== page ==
Posted by Martin Engel, a resident of the Menlo Park: Park Forest neighborhood, on Jul 20, 2007 at 8:24 am
Don’t get me started! It becomes ever harder to take seriously anything that Caltrain says. Year by year they carry more riders. They take in more money. But that pesky “structural deficit” just won’t go away. Go figure!
But wait . . . . wait until 2014! Then all their problems will be solved. . . . . seven years from now.
Now, about those lighter electric trains that will fix everything and “double its current number of weekday trains.”
1. The Federal Railroad Administration does not permit those lighter electric trains on the same tracks as freight.
2. Today, Caltrain runs almost 100 trains per day. Crossing gates go down and up 100 times. With electric, they say that the number of weekday trains will double, right? 200 trains each day. Crossing gates will go down twice as many times. . . will they ever go up during the commute hours? And, commute time reduction with electric? About 10 minutes. WOW.
The article doesn’t say so but -- the solution to all their problems -- electrification, is presently budgeted by Caltrain at around $600 million. You just know that it will be double that or more. Where will those funds come from? Beats me!
Posted by Railroaded, a resident of the Menlo Park: Downtown neighborhood, on Jul 23, 2007 at 10:15 am
The ridership numbers from Atherton on weekdays? That's easy. It's 0 because Caltrain doesn't stop at the Atherton station.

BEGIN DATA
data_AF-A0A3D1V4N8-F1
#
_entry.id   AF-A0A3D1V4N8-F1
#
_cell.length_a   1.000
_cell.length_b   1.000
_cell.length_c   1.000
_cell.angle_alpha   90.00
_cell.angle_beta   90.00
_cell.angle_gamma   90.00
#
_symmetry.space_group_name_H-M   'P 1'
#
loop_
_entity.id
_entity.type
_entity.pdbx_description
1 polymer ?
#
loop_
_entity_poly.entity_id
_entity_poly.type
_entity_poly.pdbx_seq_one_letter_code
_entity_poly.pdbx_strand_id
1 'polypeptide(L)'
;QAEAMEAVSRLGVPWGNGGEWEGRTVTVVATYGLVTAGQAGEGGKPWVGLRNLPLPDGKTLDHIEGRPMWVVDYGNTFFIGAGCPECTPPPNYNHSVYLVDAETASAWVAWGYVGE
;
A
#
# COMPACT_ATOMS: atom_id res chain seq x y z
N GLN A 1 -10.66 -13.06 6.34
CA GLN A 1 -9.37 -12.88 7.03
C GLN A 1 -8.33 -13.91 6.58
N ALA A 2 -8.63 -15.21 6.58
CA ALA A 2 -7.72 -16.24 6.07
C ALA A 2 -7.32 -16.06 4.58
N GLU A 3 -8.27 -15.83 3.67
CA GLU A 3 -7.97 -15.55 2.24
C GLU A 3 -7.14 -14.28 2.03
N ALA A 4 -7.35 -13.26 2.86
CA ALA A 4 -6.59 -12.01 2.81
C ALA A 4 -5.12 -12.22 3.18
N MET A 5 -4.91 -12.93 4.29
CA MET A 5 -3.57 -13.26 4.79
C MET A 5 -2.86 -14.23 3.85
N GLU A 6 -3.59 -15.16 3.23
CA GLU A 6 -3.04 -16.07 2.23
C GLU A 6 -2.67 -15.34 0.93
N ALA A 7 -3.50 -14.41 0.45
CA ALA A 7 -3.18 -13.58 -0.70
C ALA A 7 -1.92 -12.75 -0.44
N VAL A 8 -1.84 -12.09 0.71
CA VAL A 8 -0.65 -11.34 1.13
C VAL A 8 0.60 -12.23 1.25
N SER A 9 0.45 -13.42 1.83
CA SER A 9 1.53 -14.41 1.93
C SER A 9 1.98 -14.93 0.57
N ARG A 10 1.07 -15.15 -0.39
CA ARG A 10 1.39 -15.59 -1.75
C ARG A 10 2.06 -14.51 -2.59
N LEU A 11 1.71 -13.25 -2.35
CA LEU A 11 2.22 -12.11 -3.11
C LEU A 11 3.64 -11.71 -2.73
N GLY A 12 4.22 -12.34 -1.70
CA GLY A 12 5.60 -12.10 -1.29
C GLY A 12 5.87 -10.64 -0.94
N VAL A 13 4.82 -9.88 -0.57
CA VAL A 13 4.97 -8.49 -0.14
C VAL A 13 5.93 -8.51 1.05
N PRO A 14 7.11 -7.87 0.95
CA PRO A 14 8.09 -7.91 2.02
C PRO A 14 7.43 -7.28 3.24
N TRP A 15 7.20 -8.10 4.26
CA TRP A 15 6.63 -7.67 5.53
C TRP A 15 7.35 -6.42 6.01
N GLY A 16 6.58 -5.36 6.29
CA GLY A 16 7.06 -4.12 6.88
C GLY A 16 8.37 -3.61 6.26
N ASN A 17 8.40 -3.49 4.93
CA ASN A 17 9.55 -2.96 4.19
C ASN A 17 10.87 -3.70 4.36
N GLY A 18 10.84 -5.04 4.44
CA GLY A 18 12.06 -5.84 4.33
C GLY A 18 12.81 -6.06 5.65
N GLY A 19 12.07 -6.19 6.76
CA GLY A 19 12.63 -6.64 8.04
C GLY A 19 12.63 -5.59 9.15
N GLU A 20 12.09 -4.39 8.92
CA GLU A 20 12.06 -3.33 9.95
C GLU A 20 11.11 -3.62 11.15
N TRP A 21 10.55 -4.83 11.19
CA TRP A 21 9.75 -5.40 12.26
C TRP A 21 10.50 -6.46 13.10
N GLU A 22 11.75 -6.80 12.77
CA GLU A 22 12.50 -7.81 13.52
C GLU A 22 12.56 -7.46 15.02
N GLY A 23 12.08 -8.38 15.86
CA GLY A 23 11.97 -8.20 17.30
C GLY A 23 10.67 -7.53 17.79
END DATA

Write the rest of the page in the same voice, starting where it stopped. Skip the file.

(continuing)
A handful of people were taking the shuttle from the Atherton station to Redwood City, but that just ended. It's hard to know how many Athertonians were just driving themselves directly to Menlo Park or Redwood City to catch the train.
Posted by Martin Engel, a resident of the Menlo Park: Park Forest neighborhood, on Jul 24, 2007 at 10:27 am
Caltrain is intent on diminishing stops in Mid-Peninsula. They want fewer stops since this makes their trips faster. They believe that “selling” quicker trips is building their ridership.
Furthermore they have said that they intend to become a regional carrier. That means, not so much a local carrier. Wishing for stations to be re-opened or train stop numbers to increase, like in Menlo Park, is futile, in my opinion.
While Caltrain may indeed be a difficult organization to deal with, we also have to re-think and adjust our expectations. Relying exclusively on rail-only is, in my mind, flawed thinking. Transit, urban mass transit, is much more than rail. It needs to be a “modality” mix, including buses and light rail, even small vehicle shuttles which some local companies deploy to encourage their workers our of their cars.
For many people who have been brought up on the idée fixe of rail, it’s hard to let go, to stop believing that rail is the cure for everything. There is an old saying in the corporate world about the railroads: “They thought they were in the railroad business when they should have understood that they were in the transportation business.”